Utica

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Utica

(yo͞o`tĭkə), ancient N African city, c.25 mi (40 km) NW of Carthage. According to tradition, it was founded by Phoenicians from Tyre c.1100 B.C. Second in importance to Carthage, Utica usually allied itself with that city, but in the Third Punic War it sided with Rome against Carthage. Upon the destruction of Carthage (146 B.C.), Utica was made the capital of the Roman province of Africa. It fell (A.D. 439) to the Vandals, was recaptured (534) by the Byzantines, and was finally destroyed (c.700) by the Arabs. Excavations at the site have yielded two Punic cemeteries and Roman ruins, including baths and a villa with mosaics.

Utica,

city (1990 pop. 68,637), seat of Oneida co., central N.Y., on the Mohawk River and the Erie CanalErie Canal,
artificial waterway, c.360 mi (580 km) long; connecting New York City with the Great Lakes via the Hudson River. Locks were built to overcome the 571-ft (174-m) difference between the level of the river and that of Lake Erie.
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, in a large dairy region; inc. 1862. It is a port of entry, and its manufactures include electrical, electronic, and consumer goods; transportation and medical equipment; machinery and tools; leather, canvas, paper, metal, and stone products; and textiles. Settled in 1773 on the site of old Fort Schuyler (1758), it was destroyed (1776) in a Native American and Tory attack and resettled after the Revolution. Its location on the Erie and other canals and on the railroads stimulated its industrial development.

Like the string of industrial towns and cities from southern New England through upstate New York and into the Midwest, Utica has experienced a major reduction in manufacturing activity in the past several decades, leading to serious financial straits. However, since the late 1990s there has been considerable revitilization of the downtown area, as well as new manufacturing facilities and commercial development, both in Utica itself and in the surrounding suburbs. The Munson-Williams-Proctor Arts Institute is there, and Utica has an extensive park system. It is the seat of Utica College (a branch of Syracuse Univ.) and the State Univ. of New York Institute of Technology.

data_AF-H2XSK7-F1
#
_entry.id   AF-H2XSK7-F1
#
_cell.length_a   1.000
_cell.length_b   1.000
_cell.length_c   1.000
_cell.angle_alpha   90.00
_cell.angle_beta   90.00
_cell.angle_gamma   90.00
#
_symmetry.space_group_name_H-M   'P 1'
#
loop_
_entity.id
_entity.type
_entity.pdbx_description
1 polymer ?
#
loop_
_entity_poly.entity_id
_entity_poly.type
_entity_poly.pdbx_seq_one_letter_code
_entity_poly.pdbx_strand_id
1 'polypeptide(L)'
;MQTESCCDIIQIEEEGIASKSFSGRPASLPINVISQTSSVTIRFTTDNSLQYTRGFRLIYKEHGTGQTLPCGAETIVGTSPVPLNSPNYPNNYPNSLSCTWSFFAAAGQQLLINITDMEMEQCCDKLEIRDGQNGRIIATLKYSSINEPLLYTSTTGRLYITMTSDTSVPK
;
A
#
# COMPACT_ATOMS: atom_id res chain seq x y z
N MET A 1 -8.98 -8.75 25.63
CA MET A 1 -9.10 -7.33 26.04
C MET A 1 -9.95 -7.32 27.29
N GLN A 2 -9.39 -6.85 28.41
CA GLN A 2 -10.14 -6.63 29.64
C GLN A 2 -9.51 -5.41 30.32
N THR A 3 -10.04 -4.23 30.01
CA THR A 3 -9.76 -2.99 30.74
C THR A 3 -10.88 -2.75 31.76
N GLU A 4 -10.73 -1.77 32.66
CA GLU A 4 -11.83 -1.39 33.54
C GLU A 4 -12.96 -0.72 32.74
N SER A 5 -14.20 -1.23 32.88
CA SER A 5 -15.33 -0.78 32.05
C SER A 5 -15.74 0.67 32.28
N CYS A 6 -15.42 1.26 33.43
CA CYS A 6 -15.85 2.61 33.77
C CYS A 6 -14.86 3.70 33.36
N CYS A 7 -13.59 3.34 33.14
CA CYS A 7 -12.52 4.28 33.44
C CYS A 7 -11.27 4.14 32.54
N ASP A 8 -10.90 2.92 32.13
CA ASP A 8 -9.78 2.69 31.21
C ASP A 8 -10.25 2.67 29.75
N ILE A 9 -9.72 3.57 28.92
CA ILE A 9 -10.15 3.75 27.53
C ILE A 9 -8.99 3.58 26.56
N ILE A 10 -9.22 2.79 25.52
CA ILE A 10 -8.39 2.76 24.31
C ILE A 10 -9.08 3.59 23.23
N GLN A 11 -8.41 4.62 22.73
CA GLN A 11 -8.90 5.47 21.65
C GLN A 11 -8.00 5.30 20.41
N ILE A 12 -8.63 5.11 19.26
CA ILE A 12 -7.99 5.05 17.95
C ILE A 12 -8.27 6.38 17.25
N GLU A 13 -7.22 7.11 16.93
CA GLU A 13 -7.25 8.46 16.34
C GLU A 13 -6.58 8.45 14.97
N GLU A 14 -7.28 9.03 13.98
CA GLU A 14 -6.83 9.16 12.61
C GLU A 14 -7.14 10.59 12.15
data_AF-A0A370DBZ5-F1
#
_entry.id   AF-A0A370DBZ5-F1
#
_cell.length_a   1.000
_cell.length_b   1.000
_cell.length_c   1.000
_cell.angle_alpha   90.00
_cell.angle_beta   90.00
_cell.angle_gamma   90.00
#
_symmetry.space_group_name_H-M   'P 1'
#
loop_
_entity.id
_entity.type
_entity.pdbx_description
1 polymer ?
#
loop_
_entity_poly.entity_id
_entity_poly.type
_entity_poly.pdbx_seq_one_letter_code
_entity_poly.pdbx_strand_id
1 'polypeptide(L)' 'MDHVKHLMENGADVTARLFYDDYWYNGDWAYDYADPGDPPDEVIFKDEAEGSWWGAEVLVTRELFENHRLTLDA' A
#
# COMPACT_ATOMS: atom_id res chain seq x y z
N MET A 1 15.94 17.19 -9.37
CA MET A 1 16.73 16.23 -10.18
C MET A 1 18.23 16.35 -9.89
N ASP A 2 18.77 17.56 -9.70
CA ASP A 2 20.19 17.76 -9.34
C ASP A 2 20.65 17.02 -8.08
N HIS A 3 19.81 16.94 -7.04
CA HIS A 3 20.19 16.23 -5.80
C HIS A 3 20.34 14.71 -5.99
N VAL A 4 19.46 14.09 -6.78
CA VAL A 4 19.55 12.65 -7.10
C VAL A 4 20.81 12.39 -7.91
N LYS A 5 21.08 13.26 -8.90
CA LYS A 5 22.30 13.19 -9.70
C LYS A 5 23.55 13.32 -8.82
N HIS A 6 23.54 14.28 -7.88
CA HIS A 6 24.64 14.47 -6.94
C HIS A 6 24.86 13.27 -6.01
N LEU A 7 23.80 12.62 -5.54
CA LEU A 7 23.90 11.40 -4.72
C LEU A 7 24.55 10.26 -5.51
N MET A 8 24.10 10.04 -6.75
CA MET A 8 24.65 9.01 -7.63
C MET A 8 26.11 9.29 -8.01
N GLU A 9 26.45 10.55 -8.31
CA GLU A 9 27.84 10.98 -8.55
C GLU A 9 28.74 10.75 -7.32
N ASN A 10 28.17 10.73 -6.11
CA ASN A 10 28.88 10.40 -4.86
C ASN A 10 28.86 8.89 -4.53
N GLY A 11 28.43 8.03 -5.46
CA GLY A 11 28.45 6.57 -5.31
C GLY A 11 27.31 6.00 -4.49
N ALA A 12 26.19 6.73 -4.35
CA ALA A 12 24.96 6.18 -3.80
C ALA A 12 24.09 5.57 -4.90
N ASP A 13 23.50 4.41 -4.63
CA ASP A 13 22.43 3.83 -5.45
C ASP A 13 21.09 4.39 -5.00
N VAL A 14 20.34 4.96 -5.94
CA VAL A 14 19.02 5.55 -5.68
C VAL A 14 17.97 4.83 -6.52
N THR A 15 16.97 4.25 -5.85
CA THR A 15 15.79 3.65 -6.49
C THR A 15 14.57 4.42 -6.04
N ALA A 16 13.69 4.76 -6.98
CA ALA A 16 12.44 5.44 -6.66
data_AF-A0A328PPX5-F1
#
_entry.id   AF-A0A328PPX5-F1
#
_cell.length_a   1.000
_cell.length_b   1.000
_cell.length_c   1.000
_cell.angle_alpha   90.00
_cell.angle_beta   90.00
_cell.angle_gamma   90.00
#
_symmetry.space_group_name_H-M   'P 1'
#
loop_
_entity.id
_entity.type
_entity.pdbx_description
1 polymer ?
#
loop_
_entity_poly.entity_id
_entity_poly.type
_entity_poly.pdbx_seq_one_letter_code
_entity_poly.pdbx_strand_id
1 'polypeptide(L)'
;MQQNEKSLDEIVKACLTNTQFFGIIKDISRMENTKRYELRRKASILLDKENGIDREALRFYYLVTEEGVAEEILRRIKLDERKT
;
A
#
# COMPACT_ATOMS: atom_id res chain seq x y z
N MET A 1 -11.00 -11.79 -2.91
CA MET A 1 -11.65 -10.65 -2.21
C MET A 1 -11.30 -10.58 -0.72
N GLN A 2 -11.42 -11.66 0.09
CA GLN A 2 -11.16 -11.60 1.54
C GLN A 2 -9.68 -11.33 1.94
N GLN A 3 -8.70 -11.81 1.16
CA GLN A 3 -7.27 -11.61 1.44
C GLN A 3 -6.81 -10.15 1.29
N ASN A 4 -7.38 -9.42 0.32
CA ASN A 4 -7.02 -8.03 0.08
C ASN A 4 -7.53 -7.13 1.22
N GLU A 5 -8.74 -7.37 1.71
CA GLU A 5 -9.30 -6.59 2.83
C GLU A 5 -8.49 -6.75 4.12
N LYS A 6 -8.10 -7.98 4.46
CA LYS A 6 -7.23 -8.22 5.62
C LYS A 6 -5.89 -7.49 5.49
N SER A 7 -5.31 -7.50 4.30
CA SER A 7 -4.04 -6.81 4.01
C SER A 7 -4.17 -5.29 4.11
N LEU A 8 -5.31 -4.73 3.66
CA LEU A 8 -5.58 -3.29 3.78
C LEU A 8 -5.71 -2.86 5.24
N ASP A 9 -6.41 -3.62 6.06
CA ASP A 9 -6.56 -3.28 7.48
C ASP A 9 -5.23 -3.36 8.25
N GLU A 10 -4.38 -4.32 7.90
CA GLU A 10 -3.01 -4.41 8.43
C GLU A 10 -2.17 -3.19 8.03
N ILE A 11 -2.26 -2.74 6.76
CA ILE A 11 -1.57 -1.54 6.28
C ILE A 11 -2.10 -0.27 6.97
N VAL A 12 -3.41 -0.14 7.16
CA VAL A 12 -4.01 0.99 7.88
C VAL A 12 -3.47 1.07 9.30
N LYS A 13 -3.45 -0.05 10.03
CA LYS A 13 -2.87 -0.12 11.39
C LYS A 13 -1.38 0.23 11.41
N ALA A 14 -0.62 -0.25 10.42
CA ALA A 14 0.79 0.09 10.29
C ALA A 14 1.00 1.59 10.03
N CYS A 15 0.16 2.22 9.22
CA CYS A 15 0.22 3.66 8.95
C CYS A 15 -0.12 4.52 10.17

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The following article is from The Great Soviet Encyclopedia (1979). It might be outdated or ideologically biased.

Utica

 

an ancient seaport in North Africa, located northwest of Carthage, at the site of the present-day village of Hanshir-BuSator in Tunisia. Founded about 1100 B.C., Utica became part of the Carthaginian state. It conducted extensive trade by sea. After the destruction of Carthage by the Romans in 146 B.C., Utica became the administrative center of the Roman province of Africa. The city still existed in the sixth century A.D., although its harbor had filled up with sand in the third or fourth century. Intermittent excavations were conducted in the 19th and early 20th centuries; a necropolis with burials dating from the eighth century B.C. was excavated in the late 1940’s and early 1950’s.


Utica

 

a city in the northeastern USA, in the state of New York; situated on the Mohawk River. Population, 85,000 (1975; including the neighboring city of Rome and suburbs, 340,000). Utica is a port on the Erie Canal. Industry employs 35,000 workers (1975). The city produces electronic calculators; radar equipment; instruments and parts for airplanes, satellites, and rockets; industrial equipment and tools; and firearms. Knitwear and clothing accessories are also produced. Utica was founded in 1773.

The Great Soviet Encyclopedia, 3rd Edition (1970-1979). © 2010 The Gale Group, Inc. All rights reserved.

Utica

an ancient city on the N coast of Africa, northwest of Carthage
Collins Discovery Encyclopedia, 1st edition © HarperCollins Publishers 2005